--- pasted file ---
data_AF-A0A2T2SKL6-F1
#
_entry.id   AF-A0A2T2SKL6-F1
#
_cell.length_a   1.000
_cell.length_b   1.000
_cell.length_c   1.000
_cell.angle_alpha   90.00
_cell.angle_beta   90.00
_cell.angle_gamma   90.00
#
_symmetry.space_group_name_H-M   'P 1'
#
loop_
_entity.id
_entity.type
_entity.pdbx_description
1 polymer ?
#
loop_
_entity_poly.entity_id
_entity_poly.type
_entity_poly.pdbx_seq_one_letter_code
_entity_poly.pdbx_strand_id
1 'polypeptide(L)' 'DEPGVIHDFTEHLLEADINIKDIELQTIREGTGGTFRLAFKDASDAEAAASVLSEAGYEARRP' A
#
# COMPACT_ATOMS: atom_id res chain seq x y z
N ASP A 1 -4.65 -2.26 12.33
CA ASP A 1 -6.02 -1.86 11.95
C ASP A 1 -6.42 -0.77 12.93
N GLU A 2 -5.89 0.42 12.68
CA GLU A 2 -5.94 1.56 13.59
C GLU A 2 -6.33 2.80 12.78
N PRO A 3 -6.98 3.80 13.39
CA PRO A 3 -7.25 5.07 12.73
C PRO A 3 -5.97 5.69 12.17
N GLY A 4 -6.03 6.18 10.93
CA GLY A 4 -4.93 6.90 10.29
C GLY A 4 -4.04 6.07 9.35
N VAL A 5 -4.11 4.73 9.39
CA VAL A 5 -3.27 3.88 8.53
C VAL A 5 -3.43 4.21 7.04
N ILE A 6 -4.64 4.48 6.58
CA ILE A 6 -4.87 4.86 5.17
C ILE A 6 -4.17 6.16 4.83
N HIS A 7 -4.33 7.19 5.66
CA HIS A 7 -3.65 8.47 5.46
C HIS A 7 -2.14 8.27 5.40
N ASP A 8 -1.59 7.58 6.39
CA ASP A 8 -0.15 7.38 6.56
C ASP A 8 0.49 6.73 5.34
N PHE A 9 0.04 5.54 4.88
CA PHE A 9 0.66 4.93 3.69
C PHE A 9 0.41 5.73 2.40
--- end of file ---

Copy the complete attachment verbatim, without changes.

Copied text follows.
data_AF-A0A2T2SKL6-F1
#
_entry.id   AF-A0A2T2SKL6-F1
#
_cell.length_a   1.000
_cell.length_b   1.000
_cell.length_c   1.000
_cell.angle_alpha   90.00
_cell.angle_beta   90.00
_cell.angle_gamma   90.00
#
_symmetry.space_group_name_H-M   'P 1'
#
loop_
_entity.id
_entity.type
_entity.pdbx_description
1 polymer ?
#
loop_
_entity_poly.entity_id
_entity_poly.type
_entity_poly.pdbx_seq_one_letter_code
_entity_poly.pdbx_strand_id
1 'polypeptide(L)' 'DEPGVIHDFTEHLLEADINIKDIELQTIREGTGGTFRLAFKDASDAEAAASVLSEAGYEARRP' A
#
# COMPACT_ATOMS: atom_id res chain seq x y z
N ASP A 1 -4.65 -2.26 12.33
CA ASP A 1 -6.02 -1.86 11.95
C ASP A 1 -6.42 -0.77 12.93
N GLU A 2 -5.89 0.42 12.68
CA GLU A 2 -5.94 1.56 13.59
C GLU A 2 -6.33 2.80 12.78
N PRO A 3 -6.98 3.80 13.39
CA PRO A 3 -7.25 5.07 12.73
C PRO A 3 -5.97 5.69 12.17
N GLY A 4 -6.03 6.18 10.93
CA GLY A 4 -4.93 6.90 10.29
C GLY A 4 -4.04 6.07 9.35
N VAL A 5 -4.11 4.73 9.39
CA VAL A 5 -3.27 3.88 8.53
C VAL A 5 -3.43 4.21 7.04
N ILE A 6 -4.64 4.48 6.58
CA ILE A 6 -4.87 4.86 5.17
C ILE A 6 -4.17 6.16 4.83
N HIS A 7 -4.33 7.19 5.66
CA HIS A 7 -3.65 8.47 5.46
C HIS A 7 -2.14 8.27 5.40
N ASP A 8 -1.59 7.58 6.39
CA ASP A 8 -0.15 7.38 6.56
C ASP A 8 0.49 6.73 5.34
N PHE A 9 0.04 5.54 4.88
CA PHE A 9 0.66 4.93 3.69
C PHE A 9 0.41 5.73 2.40